This week in D3, although we had a lull in numbers (4-6 teens per session), we had opposite outcomes in progress! Building off of last week’s session at JOYCE where the teens learned how to define ‘design’ within a 2D perspective, we wanted to understand a 3D perspective to apply to our cart design! With our newfound warm weather, we went offsite both nights to use Minneapolis and it’s architecture to help us dig deeper into learning to identify the word ‘design’ in a 3D perspective.
On Tuesday, we began with an amazing icebreaker game called “Honey, I Love You…” that allowed a new teen to get involved with other teens right away, awesome! with writing our problem statement and Beau teaching the teens how to draw a simple 3D blueprint of the cart. This allowed for the teens to really see angles, “usable space” and define the parts of the cart. We spent the second half of the session walking to the Guthrie Theater (guthrietheater.org), a magnificent and intelligently designed building to try to reverse-engineer the building and its form. Beau had studied the building in school and Emily’s dad’s company built it, so it was really great to have the teens identify a characteristic of the building and try to figure out its reasoning. We were able to help guide them when they were stuck, but for the most part, they seemed to understand the unique design and one-of-a-kind features! This trip also doubled as an off-site cart test, where we documented each failure of the cart’s current design. We had markers spilling out into the street, papers flying away and teens complaining about the weight of the cart… we have lots of issues to address!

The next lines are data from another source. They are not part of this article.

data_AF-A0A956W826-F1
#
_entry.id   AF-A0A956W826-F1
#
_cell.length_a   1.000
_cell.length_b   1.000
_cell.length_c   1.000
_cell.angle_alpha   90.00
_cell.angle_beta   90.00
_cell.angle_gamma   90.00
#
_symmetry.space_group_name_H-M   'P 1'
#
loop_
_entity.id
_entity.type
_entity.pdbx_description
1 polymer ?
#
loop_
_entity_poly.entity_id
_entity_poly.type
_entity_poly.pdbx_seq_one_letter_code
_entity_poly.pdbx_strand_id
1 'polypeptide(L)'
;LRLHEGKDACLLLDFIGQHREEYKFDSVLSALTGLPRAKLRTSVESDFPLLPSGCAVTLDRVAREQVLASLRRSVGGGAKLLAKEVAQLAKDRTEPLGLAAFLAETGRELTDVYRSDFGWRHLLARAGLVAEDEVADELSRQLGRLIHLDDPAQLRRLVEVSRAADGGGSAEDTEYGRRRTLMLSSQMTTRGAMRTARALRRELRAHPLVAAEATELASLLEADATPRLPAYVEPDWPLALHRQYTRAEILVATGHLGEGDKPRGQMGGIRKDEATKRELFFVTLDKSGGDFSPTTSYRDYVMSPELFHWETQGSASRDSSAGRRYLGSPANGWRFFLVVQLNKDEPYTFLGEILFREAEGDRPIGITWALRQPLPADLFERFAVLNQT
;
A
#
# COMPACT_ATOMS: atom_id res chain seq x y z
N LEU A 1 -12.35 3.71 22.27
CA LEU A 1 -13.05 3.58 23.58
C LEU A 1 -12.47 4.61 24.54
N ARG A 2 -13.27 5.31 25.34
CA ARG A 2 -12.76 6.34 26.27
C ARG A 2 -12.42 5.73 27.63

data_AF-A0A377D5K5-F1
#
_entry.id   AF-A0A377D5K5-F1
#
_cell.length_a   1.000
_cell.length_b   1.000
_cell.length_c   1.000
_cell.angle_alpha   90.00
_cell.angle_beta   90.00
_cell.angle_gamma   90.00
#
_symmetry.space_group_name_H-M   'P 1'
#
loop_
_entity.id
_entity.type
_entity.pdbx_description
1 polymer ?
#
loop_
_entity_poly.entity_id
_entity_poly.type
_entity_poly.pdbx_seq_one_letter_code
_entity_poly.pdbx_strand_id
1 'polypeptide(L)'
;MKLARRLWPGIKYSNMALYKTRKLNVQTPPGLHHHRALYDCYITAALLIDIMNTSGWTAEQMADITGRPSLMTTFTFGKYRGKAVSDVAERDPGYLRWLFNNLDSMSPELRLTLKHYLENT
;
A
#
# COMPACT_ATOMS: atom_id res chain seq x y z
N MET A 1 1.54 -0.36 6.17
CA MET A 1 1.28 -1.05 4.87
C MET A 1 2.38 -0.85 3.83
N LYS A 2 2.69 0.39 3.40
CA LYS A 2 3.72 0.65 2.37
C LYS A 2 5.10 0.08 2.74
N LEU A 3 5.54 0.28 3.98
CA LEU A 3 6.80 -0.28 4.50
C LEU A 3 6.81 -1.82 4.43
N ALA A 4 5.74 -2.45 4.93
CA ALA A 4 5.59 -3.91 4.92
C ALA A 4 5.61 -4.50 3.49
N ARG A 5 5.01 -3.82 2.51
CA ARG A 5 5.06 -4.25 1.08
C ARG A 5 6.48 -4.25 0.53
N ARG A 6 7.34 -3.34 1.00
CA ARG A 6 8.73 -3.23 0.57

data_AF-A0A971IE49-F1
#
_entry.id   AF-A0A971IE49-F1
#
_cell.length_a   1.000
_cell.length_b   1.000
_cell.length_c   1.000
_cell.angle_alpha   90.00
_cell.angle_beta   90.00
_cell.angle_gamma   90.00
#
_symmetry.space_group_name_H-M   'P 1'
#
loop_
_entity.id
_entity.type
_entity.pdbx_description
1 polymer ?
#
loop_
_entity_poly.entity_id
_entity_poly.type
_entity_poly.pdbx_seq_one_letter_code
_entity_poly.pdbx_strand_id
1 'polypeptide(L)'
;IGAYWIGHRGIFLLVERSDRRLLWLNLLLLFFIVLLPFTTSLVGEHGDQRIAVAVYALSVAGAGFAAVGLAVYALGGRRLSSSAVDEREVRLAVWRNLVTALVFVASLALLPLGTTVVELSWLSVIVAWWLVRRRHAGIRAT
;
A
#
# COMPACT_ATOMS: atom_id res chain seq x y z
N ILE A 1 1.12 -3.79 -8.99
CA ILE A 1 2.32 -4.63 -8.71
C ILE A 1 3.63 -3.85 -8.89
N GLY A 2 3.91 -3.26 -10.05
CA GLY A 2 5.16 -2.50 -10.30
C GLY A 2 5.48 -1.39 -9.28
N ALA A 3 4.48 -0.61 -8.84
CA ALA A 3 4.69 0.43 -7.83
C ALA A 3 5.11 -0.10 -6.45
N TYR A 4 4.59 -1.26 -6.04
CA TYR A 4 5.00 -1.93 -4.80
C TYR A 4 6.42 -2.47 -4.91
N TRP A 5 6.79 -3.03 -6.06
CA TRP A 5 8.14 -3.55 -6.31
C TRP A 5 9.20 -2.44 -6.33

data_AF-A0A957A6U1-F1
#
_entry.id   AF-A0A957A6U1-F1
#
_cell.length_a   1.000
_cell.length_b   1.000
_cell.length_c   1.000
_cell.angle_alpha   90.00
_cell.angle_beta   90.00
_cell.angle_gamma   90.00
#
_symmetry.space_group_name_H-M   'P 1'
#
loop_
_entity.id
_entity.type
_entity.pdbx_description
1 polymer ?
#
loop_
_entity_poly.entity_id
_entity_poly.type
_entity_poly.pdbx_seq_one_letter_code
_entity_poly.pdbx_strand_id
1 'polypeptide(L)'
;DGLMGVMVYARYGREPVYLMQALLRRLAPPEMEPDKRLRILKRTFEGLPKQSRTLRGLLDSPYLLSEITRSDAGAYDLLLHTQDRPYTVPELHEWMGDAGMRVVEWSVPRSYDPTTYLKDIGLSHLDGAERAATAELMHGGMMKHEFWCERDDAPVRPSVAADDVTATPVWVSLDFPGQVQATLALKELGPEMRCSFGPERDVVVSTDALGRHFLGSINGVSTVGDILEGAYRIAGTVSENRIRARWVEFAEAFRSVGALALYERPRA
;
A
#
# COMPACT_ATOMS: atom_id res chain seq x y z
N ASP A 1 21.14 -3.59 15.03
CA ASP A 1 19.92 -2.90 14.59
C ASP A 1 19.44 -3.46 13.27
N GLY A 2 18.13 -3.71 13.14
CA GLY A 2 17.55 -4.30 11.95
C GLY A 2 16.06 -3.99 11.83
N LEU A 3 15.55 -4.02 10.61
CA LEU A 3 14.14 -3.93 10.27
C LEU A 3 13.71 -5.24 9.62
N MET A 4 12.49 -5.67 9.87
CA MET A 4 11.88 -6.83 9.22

On Wednesday, we polished the simple 3D drawing we drew on Tuesday and made many copies of it to dive into the aesthetics of the cart. To tie back into our activities at JOYCE, we discussed what D3 represents as a whole, what kind of feeling D3 has and how they would describe the program to others. This led into a couple rounds of letting the teens design the cart on paper using their polished 3D drawings. We organized a full-on peer critique, explaining what criticism sounds like vs. constructive criticism. We expected a few road blocks with this activity, as many of the teens had never experienced a formal critique, but we were pleasantly surprised by the teens’ respectful and helpful comments toward one another’s work. We packed our stuff up and walked to Gold Medal Park, just outside the Guthrie campus, and edited our blueprints using our critique comments, using the fresh air and sunshine to fuel our designs!